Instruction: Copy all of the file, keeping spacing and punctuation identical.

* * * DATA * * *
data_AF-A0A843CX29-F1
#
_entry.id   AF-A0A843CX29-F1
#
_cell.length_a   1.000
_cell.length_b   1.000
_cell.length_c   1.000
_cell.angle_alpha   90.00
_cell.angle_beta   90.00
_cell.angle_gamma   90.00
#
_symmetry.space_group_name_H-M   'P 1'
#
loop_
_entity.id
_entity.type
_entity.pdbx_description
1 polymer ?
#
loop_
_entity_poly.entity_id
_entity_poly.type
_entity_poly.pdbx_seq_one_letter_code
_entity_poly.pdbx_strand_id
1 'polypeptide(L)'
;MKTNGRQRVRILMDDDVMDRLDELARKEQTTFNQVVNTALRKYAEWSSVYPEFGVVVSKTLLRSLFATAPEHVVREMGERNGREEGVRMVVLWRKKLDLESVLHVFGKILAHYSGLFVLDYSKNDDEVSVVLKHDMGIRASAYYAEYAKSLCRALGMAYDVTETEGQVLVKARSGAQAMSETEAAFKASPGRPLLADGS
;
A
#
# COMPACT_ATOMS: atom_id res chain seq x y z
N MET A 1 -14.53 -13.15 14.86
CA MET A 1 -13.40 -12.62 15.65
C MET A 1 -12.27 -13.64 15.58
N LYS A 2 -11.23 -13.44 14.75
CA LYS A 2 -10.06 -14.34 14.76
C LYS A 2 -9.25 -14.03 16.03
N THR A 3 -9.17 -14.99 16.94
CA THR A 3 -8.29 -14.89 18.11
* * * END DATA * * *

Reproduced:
data_AF-A0A843CX29-F1
#
_entry.id   AF-A0A843CX29-F1
#
_cell.length_a   1.000
_cell.length_b   1.000
_cell.length_c   1.000
_cell.angle_alpha   90.00
_cell.angle_beta   90.00
_cell.angle_gamma   90.00
#
_symmetry.space_group_name_H-M   'P 1'
#
loop_
_entity.id
_entity.type
_entity.pdbx_description
1 polymer ?
#
loop_
_entity_poly.entity_id
_entity_poly.type
_entity_poly.pdbx_seq_one_letter_code
_entity_poly.pdbx_strand_id
1 'polypeptide(L)'
;MKTNGRQRVRILMDDDVMDRLDELARKEQTTFNQVVNTALRKYAEWSSVYPEFGVVVSKTLLRSLFATAPEHVVREMGERNGREEGVRMVVLWRKKLDLESVLHVFGKILAHYSGLFVLDYSKNDDEVSVVLKHDMGIRASAYYAEYAKSLCRALGMAYDVTETEGQVLVKARSGAQAMSETEAAFKASPGRPLLADGS
;
A
#
# COMPACT_ATOMS: atom_id res chain seq x y z
N MET A 1 -14.53 -13.15 14.86
CA MET A 1 -13.40 -12.62 15.65
C MET A 1 -12.27 -13.64 15.58
N LYS A 2 -11.23 -13.44 14.75
CA LYS A 2 -10.06 -14.34 14.76
C LYS A 2 -9.25 -14.03 16.03
N THR A 3 -9.17 -14.99 16.94
CA THR A 3 -8.29 -14.89 18.11